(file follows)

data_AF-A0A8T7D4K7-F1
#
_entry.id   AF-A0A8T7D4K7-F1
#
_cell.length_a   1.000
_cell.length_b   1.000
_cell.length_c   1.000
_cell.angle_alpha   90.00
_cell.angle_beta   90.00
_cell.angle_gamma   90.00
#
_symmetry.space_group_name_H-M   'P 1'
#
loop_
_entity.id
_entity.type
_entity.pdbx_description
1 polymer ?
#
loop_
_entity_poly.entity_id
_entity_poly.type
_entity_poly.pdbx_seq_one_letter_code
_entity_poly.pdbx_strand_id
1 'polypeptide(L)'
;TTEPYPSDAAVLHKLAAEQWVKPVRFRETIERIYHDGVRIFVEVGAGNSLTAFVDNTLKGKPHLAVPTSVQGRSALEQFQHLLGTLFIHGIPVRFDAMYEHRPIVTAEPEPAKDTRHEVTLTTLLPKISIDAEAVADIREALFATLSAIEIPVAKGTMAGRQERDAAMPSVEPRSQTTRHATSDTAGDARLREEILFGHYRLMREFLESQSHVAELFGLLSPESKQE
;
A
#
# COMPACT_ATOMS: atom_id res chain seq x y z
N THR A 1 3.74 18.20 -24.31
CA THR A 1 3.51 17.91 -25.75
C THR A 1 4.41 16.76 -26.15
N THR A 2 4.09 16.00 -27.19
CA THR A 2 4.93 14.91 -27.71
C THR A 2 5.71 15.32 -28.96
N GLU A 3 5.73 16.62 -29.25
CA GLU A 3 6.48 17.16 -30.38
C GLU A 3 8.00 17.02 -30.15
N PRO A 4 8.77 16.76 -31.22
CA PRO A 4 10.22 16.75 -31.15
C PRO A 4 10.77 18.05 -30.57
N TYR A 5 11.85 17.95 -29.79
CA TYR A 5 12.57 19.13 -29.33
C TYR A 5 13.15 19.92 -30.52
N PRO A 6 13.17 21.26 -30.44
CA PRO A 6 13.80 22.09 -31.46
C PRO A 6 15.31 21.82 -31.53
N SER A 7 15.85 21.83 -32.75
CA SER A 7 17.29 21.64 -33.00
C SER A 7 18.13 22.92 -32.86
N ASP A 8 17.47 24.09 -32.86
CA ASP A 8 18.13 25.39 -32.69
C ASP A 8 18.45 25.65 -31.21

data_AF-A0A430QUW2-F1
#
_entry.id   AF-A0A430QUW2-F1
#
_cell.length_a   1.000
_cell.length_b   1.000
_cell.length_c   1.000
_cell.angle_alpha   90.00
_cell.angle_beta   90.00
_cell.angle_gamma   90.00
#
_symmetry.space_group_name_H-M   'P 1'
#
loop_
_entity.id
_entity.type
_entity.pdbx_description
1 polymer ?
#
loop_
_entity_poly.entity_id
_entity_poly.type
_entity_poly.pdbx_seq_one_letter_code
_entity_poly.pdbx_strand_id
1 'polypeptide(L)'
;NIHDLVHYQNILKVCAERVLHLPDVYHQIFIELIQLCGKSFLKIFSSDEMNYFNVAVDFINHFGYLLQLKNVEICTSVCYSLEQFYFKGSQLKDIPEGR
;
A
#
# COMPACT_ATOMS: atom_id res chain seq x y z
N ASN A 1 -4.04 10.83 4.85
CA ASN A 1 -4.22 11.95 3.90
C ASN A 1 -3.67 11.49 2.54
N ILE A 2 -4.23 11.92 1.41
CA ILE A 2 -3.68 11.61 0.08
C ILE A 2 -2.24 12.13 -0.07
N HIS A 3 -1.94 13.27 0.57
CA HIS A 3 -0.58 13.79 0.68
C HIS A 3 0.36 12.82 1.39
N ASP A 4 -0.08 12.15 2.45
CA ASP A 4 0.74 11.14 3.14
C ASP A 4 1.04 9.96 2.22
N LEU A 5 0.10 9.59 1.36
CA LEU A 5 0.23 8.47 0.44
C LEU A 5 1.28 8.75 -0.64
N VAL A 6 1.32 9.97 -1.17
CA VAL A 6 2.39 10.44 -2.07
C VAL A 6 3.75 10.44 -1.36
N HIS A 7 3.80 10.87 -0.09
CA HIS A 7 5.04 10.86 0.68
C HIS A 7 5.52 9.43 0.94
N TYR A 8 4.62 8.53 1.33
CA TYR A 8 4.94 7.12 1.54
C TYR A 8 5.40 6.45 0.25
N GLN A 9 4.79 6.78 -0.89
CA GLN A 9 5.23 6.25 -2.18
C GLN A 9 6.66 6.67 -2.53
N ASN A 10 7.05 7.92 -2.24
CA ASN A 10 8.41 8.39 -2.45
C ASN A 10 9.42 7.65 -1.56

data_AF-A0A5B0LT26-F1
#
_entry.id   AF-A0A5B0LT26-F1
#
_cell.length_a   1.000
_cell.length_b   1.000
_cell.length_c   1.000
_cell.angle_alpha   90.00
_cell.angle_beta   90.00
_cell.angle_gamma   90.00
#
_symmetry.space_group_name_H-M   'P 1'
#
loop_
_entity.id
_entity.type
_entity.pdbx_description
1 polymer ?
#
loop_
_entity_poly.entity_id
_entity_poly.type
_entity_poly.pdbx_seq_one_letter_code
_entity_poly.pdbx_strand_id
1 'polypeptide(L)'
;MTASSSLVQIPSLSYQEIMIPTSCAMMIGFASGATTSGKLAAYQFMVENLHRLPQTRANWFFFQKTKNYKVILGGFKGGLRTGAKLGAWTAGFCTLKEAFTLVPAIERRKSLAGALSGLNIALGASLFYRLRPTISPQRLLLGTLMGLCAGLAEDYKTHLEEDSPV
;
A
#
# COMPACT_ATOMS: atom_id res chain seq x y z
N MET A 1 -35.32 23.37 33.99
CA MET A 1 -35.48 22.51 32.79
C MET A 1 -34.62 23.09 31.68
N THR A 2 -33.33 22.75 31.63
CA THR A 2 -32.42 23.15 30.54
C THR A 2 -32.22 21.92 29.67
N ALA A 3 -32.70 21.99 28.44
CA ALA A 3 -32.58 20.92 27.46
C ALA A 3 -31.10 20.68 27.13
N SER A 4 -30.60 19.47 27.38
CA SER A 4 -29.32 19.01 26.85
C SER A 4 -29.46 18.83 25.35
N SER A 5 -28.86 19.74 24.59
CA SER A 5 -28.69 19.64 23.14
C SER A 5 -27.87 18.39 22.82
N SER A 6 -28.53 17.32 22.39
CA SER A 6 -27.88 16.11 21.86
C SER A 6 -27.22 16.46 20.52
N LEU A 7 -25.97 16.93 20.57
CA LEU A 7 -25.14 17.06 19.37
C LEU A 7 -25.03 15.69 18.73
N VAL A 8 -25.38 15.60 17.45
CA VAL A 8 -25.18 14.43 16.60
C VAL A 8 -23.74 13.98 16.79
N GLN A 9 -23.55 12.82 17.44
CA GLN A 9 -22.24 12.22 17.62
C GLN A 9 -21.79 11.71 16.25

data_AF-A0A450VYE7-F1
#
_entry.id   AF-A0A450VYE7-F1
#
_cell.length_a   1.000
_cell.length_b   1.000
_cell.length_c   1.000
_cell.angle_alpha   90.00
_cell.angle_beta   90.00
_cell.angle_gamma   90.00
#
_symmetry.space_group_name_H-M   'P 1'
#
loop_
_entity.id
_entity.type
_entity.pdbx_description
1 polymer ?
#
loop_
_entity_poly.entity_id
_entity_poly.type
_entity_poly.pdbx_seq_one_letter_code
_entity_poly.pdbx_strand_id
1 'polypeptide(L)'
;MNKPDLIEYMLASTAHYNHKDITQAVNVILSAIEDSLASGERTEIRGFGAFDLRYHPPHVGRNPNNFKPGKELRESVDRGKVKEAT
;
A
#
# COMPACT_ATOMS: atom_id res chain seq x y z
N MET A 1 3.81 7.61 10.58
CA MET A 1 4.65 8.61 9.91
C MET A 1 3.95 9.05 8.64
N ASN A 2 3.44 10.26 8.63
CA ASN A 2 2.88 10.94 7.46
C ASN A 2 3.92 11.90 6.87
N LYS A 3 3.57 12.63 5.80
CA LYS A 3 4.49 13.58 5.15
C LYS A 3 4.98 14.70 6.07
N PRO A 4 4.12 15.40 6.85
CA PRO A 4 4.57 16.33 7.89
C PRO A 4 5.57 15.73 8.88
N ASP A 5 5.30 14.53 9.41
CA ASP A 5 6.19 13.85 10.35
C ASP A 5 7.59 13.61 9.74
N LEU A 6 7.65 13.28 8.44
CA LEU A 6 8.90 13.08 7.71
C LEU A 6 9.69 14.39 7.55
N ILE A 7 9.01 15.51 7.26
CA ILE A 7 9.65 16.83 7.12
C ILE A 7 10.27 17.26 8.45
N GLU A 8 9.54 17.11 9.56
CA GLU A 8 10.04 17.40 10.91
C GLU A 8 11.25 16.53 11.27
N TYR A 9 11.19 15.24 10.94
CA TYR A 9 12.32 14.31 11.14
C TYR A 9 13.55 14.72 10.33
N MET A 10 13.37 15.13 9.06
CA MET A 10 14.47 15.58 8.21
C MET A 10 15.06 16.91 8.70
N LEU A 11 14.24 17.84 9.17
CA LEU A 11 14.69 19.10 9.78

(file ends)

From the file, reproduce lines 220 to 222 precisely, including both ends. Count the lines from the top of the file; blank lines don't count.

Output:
N ILE A 7 9.01 15.51 7.26
CA ILE A 7 9.65 16.83 7.12
C ILE A 7 10.27 17.26 8.45